“I think another country is possible” – Sharlene Swartz’s Another Country: Everyday Social Restitution launched in Cape Town
The Book Lounge recently played host to Sharlene Swartz and many guests at the Launch of Another Country: Everyday Social Restitution.
In conversation with struggle stalwart Denis Goldberg, an impassioned Swartz relayed her experiences as a white woman living in South Africa in relation to the other races in the country.
The Professor of Sociology began by sharing an anecdote of her experience in Zurich where as a 21-year-old white woman she for the first time experienced the hatred and anger of another white person because of apartheid. “He spat on my shoe and slammed the door,” she recalls. It was an eye opening moment for the author who went on to say, “The book is a spit on the shoes of white South Africa.”
Swartz explained that the book aims to restore humanity and to encourage dialogue between South Africans who wouldn’t generally speak to one another. She asked average, everyday South Africans what kind of South Africa they would like and summarised their responses: “Everyone wanted a country where they could feel like they belong.”
According to the research Swartz carried out while writing the book, close to 70 per cent of South Africans say that “we should forget the past and move on”. The book asks: “How do we move on when so many black South Africans are living an inferior reality?”
After a detailed introduction to the book and the questions it seeks to answer, Swartz revealed the crux of the book, suggesting that “everyone can do something [about restitution], not just the government”. She proposes a working definition for social restitution as, “Acts and attitudes towards making things right for the past … to recognise human dignity.”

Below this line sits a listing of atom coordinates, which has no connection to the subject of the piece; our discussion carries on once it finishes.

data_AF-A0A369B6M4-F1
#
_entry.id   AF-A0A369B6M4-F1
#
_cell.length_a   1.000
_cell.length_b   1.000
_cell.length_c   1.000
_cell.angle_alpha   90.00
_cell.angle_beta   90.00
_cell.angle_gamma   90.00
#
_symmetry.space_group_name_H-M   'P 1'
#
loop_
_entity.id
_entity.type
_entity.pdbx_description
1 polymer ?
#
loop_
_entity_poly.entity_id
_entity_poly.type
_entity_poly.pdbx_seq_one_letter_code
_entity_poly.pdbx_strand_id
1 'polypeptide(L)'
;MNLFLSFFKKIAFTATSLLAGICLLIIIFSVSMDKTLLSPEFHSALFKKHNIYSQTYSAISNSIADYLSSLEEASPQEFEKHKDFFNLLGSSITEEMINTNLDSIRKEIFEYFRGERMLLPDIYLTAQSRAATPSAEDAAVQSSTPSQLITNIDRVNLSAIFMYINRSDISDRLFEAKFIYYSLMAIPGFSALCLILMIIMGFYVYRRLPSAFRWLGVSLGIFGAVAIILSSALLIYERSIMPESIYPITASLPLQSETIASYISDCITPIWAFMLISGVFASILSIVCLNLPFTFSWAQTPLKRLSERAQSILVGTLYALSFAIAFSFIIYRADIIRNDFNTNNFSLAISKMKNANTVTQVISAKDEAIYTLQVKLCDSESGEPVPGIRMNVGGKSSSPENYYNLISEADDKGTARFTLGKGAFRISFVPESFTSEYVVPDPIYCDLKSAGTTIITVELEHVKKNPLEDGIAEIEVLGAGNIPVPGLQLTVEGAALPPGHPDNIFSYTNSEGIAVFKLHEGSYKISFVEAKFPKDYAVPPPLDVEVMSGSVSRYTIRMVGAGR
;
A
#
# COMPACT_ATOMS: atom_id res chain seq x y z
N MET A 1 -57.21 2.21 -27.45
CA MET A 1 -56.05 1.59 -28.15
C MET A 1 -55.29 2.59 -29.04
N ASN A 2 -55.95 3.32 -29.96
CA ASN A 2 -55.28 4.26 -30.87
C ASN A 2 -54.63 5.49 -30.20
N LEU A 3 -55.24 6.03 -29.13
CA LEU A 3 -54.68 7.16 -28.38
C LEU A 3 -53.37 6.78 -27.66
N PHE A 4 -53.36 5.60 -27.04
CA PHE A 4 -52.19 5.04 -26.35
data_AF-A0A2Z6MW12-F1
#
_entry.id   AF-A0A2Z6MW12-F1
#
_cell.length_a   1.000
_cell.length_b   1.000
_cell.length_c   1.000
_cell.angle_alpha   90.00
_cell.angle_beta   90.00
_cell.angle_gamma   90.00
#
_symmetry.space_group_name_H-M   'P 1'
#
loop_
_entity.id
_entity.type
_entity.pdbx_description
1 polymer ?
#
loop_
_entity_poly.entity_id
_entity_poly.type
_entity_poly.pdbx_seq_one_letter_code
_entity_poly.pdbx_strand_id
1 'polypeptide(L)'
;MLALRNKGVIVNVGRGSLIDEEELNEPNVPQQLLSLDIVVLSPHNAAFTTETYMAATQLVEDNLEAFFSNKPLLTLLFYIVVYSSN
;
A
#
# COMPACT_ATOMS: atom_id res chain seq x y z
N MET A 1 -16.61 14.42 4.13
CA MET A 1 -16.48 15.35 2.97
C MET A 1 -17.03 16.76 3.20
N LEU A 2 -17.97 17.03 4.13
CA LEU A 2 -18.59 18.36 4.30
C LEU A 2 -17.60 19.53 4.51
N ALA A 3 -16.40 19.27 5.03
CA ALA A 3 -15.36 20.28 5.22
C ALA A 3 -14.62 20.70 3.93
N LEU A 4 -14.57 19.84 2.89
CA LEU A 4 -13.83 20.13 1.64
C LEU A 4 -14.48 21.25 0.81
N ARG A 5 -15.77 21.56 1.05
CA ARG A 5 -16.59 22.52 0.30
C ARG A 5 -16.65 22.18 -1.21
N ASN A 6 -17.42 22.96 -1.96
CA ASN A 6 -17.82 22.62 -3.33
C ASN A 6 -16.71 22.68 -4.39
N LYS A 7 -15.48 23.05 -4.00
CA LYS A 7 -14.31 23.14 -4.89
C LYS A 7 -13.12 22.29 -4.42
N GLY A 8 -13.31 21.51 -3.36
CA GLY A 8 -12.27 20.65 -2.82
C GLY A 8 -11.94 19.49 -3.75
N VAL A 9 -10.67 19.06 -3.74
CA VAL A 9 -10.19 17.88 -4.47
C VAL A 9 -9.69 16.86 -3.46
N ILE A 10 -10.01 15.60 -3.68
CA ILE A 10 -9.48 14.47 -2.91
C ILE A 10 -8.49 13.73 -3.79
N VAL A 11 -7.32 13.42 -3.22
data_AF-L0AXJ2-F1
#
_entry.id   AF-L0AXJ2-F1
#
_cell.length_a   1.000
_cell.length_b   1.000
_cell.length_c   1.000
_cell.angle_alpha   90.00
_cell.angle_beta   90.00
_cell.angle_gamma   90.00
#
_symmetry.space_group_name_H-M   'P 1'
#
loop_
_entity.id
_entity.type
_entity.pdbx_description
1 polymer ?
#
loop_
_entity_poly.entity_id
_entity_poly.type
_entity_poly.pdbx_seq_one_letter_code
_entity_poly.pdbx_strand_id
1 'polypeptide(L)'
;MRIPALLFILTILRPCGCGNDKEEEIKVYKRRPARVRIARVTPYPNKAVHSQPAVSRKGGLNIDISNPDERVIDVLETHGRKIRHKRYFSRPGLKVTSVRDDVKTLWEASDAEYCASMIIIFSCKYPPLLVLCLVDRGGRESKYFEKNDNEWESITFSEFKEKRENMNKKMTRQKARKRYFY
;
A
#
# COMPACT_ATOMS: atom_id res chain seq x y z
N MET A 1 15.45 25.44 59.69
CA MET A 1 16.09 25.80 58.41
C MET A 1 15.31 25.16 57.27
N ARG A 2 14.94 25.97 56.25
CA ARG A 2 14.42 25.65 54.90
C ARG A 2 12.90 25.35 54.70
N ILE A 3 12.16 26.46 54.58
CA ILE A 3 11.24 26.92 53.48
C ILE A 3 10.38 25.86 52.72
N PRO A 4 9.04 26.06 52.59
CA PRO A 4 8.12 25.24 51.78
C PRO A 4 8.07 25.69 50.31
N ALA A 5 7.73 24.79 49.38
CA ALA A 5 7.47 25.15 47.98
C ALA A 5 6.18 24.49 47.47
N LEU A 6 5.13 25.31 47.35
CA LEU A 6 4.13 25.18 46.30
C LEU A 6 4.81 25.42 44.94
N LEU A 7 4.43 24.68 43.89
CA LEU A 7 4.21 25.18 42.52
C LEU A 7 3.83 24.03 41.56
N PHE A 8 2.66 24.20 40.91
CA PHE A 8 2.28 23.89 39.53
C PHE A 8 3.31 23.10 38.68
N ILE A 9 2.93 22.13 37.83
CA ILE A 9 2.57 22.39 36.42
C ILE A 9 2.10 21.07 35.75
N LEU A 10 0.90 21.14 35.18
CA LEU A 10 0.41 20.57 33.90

After Swartz’s brief introduction and summary of the book, she invited Goldberg to comment on the current social situation within the Country. The founder of the organisation, Community HEART reminded the audience that, “the apartheid regime killed between ten and twelve thousand people, yet people still talk about a bloodless revolution.” He argued that “this is one of the causes of anger today – saying black blood doesn’t matter”.
Further defining social restitution, Goldberg puts forward that “we know what our society ought to be and also what it is … we need to bridge the gap between is and ought through social action ie social restitution”. Goldberg describes the book as, “refreshing and remarkable” saying: “Sharlene has shown us how to speak frankly.”
Another Country recommends about 200 practical, financial, and symbolic ideas that regular South Africans can use towards social restitution. Swartz also introduced an app that allows one to find these numerous suggestions. The book synopsis concludes, “There is something for everyone to do – individuals and communities, alongside government and institutional efforts.”
Swartz closed off the evening saying, “I think another country is possible, that’s why I wrote the book.”
Kasuba Stuurman (@kasuba_sun) tweeted live from the event:
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- Another Country: Everyday Social Restitution by Sharlene Swartz
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